Researcher believes to have finally unlocked the secrets of the Pyramid Texts


According to scholars, the Pyramid Texts are the oldest example of religious writings on the planet. A new book proposes a fresh translation of the ancient texts, one that has not been welcomed by mainstream Egyptologists.


The pyramid of Unas, Saqqara, The interior walls are inscribed with the Pyramid Texts. These inscriptions can be divided among some 750 utterances and 2,300 shorter spells. Egypt. Ancient Egyptian. Old Kingdom, 5th dynasty. Saqqara. (Photo by Werner Forman/Universal Images Group/Getty Images)
The pyramid of Unas, Saqqara, The interior walls are inscribed with the Pyramid Texts. Photo by Werner Forman/Universal Images Group/Getty Images)

Ever since their discovery, researchers firmly believed that the Pyramids Texts were just a series of funeral prayers and magic spells used in ancient times to protect Egyptian royalty in their afterlife. However, according to renowned classicist and linguist Susan Brind Morrow, the Pyramid Texts are more than just prayers and magic spells and are a vivid reading of nature, and everything around us.

According to the linguist, the Pyramid texts are a complex religious philosophy, one that wasn’t going to be interpreted as mythology, but, in fact, spoke about the life-giving forces of nature that surround us.

Interestingly, she also believes that the Pyramid Texts played an important role in the development and creation of many other spiritual traditions that came into existence after it.

Scholars consider the Pyramid texts as the oldest religious writings that originated from Ancient Egypt. Many believe that these sacred texts are in fact the oldest on the planet.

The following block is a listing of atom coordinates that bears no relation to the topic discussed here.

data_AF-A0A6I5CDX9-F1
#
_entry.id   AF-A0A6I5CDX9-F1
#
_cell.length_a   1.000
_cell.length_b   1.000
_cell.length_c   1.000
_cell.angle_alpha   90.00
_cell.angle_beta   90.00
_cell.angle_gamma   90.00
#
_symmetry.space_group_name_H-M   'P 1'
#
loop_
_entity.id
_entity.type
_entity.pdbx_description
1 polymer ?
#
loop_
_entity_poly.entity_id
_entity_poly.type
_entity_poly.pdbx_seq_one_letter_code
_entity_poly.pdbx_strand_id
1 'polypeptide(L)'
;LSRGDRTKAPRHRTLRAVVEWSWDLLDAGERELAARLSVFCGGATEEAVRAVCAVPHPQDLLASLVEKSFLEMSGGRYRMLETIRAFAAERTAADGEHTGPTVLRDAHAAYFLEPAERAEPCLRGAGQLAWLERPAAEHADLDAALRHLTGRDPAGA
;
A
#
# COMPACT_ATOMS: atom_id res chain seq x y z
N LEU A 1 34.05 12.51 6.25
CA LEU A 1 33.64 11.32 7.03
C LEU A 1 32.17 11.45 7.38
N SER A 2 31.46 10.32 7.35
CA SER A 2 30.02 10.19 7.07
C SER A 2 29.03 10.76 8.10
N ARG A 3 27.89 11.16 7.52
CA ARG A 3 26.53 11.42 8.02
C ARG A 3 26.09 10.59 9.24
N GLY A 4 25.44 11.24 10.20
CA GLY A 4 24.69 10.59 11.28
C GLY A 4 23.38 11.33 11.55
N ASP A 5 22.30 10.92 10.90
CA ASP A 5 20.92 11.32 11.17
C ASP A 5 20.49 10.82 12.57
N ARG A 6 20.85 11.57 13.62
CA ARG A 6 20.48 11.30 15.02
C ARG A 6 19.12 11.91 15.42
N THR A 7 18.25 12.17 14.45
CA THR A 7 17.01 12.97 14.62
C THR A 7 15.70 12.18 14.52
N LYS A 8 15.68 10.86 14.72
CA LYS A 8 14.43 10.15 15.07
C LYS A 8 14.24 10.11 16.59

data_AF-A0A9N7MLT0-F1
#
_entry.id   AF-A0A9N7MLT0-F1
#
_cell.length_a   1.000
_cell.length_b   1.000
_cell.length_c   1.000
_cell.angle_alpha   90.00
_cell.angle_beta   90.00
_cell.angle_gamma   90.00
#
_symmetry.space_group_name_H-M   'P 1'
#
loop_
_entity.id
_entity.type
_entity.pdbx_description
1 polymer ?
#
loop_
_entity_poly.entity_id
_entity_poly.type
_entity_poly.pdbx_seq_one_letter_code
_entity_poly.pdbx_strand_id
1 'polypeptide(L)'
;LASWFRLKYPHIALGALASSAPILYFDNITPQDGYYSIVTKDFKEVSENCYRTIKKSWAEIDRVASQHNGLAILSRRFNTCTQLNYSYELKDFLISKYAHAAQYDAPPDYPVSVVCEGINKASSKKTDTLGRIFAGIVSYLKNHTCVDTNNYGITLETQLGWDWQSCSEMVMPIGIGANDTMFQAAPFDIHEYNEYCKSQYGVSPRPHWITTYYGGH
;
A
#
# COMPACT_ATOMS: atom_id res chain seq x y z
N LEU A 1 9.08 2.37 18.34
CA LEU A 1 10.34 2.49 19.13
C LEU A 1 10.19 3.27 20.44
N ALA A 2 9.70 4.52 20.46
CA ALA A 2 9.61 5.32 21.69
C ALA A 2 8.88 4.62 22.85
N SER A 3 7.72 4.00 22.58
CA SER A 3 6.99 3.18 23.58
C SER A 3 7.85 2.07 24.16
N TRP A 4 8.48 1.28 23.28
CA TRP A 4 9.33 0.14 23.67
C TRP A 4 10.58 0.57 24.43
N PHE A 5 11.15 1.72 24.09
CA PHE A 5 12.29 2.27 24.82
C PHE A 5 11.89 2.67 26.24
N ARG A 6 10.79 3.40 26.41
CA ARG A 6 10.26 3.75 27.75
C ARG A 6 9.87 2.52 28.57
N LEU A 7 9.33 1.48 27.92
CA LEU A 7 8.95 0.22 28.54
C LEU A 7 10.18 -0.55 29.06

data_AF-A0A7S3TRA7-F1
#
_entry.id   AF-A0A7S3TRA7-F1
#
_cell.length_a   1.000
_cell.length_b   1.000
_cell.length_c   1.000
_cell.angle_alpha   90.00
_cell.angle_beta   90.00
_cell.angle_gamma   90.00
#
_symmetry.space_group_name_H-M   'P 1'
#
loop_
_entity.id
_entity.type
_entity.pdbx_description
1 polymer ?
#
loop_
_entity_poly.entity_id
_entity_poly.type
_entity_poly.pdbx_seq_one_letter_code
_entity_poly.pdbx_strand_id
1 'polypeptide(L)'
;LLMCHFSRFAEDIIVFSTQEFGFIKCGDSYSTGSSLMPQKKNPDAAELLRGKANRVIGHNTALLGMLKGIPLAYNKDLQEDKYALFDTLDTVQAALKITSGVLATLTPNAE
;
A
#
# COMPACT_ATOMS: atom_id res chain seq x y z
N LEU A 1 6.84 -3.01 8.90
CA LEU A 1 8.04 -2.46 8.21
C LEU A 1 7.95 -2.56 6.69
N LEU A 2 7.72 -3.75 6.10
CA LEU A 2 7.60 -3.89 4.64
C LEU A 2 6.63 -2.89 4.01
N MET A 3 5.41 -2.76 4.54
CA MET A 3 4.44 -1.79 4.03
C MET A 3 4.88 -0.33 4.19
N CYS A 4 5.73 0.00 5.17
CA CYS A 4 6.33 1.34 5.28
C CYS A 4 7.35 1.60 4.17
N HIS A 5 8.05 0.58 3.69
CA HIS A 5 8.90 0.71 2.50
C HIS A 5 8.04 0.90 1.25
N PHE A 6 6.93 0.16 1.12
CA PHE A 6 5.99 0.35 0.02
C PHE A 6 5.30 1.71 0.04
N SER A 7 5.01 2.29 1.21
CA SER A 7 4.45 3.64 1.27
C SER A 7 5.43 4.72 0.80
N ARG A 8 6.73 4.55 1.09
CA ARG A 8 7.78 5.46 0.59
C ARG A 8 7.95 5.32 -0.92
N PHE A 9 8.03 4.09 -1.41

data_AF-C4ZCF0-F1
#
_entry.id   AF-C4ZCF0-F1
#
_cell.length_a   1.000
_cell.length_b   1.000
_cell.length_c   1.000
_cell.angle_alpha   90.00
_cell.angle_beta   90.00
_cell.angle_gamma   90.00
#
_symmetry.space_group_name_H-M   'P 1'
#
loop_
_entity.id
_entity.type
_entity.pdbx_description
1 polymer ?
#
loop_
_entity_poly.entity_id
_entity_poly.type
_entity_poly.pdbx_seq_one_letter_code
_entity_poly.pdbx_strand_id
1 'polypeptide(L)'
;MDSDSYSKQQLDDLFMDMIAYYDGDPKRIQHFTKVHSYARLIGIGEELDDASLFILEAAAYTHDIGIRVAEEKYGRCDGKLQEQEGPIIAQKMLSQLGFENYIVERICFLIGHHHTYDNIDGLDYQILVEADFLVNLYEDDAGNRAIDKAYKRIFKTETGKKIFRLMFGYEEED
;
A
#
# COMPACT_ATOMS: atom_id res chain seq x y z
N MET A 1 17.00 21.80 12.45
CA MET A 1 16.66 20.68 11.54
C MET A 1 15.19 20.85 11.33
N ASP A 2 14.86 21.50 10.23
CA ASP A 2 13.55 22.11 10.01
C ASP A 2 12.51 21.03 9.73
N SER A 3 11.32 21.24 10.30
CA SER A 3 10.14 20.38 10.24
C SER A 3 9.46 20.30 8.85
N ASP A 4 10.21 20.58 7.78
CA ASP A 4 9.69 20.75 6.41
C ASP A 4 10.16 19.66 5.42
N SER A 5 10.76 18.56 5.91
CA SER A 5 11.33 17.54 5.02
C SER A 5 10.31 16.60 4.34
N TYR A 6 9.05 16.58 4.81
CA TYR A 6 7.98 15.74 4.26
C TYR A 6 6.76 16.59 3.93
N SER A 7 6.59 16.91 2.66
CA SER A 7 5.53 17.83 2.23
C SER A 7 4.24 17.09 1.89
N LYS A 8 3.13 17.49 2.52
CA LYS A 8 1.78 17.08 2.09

In her new book, Morrow explains her research and study of the Pyramid texts, presenting a brand new translation of the full text: The Dawning Moon of the Mind: Unlocking the Pyramid Texts.

The author writes: “These are not magic spells at all,” Morrow told The Huffington Post about the Pyramid Texts. “These are poetic verses constructed just like poetry today, sophisticated and filled with word play and puns.”

Morrow incorporates a fresh new approach while studying the Pyramid Texts and does not look at this ancient masterpiece as being written by a primitive and superstitious people as many mainstream scholars have done in the past.

The linguist states that in the ancient lines inscribed on the inner walls of the Pyramid of Unas, she saw a ‘densely compounded but highly precise’ map of the cosmos.

She also offers a new translation of the opening verse of the Pyramid texts in her book, while maintaining that the verse describes the voyage of the soul, rising up into fire, or the dawn sky, beneath the holy ones, or the stars:

The sword of Orion opens the doors of the sky.

Before the doors close again the gate to the path

over the fire, beneath the holy ones as they grow dark

As a falcon flies as a falcon flies, may Unis rise into this fire.

“I realized I was looking at a very vivid, poetic description of the actual world,” Morrow said.

However, not everyone seems to agree with Morrow. James Allen, Egyptologist at Brown University and the scholar who presented his own version of the pyramid texts in 2005 likened the translation offered by Morrow as the work of an amateur and referred to her work as a ‘serious misinterpretation’ of the Pyramid Texts.

In an interview to the Huffington Post, Professor Allen said: “It is a translator’s job to be as faithful to the original as possible while using words and constructions that make sense to modern readers. Ms. Morrow has not done that.”

“Her ‘translation’ is basically a poet’s impression of what she thinks the texts should say, and not a reflection of what they actually say,” he added.


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